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Impacts of wind on individual migration schedules of New Zealand bar-tailed godwits

  • Jesse R. Conklin
  • Phil F. Battley
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    Despite clear links between wind conditions and timing of migration at the population level, no study has examined the contribution of winds to annual variation in the migration timing of individual birds. At a single nonbreeding site in New Zealand, we closely monitored 3 years of departures of bar-tailed godwits (Limosa lapponica baueri), long-distance migrants with remarkable annual consistency in individual migration schedules. Although individual godwits showed very little variation in departure date and generally experienced favorable departure conditions, most off-schedule departures were explained by maximizing initial wind assistance for the nonstop flight to Asia. Surprisingly, early departures attributable to wind were more common and of greater magnitude than wind-related departure delays, and prolonged weather-related departure lulls did not always result in late-departing individuals. Thus, our results show that knowledge of individual departure decisions with regard to wind can strongly influence interpretation of population patterns. Early departures associated with winds, previously only demonstrated theoretically, may reflect conservative timing and extent of premigratory fueling, a possible adaptation for extreme long-distance migration in variable conditions. Copyright 2011, Oxford University Press.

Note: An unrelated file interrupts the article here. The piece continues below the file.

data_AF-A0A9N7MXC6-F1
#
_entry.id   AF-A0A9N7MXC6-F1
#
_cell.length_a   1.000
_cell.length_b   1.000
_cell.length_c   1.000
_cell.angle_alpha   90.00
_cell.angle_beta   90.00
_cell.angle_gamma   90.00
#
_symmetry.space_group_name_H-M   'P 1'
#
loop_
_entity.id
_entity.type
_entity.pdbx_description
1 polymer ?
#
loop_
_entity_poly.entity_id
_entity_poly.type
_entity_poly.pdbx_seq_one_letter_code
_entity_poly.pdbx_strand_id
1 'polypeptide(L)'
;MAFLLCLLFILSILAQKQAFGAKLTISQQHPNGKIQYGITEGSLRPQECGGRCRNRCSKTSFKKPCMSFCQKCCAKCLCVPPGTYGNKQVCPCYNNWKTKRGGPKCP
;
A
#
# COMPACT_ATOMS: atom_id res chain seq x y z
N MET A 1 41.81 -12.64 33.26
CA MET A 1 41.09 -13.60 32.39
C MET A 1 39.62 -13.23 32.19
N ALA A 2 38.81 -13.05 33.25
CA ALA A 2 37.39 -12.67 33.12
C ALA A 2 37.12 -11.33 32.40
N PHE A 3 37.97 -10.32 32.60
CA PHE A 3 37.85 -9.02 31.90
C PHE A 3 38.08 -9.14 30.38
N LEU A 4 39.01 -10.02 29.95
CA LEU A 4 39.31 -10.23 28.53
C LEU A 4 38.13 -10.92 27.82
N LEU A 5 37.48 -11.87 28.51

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    Article provided by International Society for Behavioral Ecology in its journal Behavioral Ecology.

    Volume (Year): 22 (2011)
    Issue (Month): 4 ()
    Pages: 854-861

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    Handle: RePEc:oup:beheco:v:22:y:2011:i:4:p:854-861
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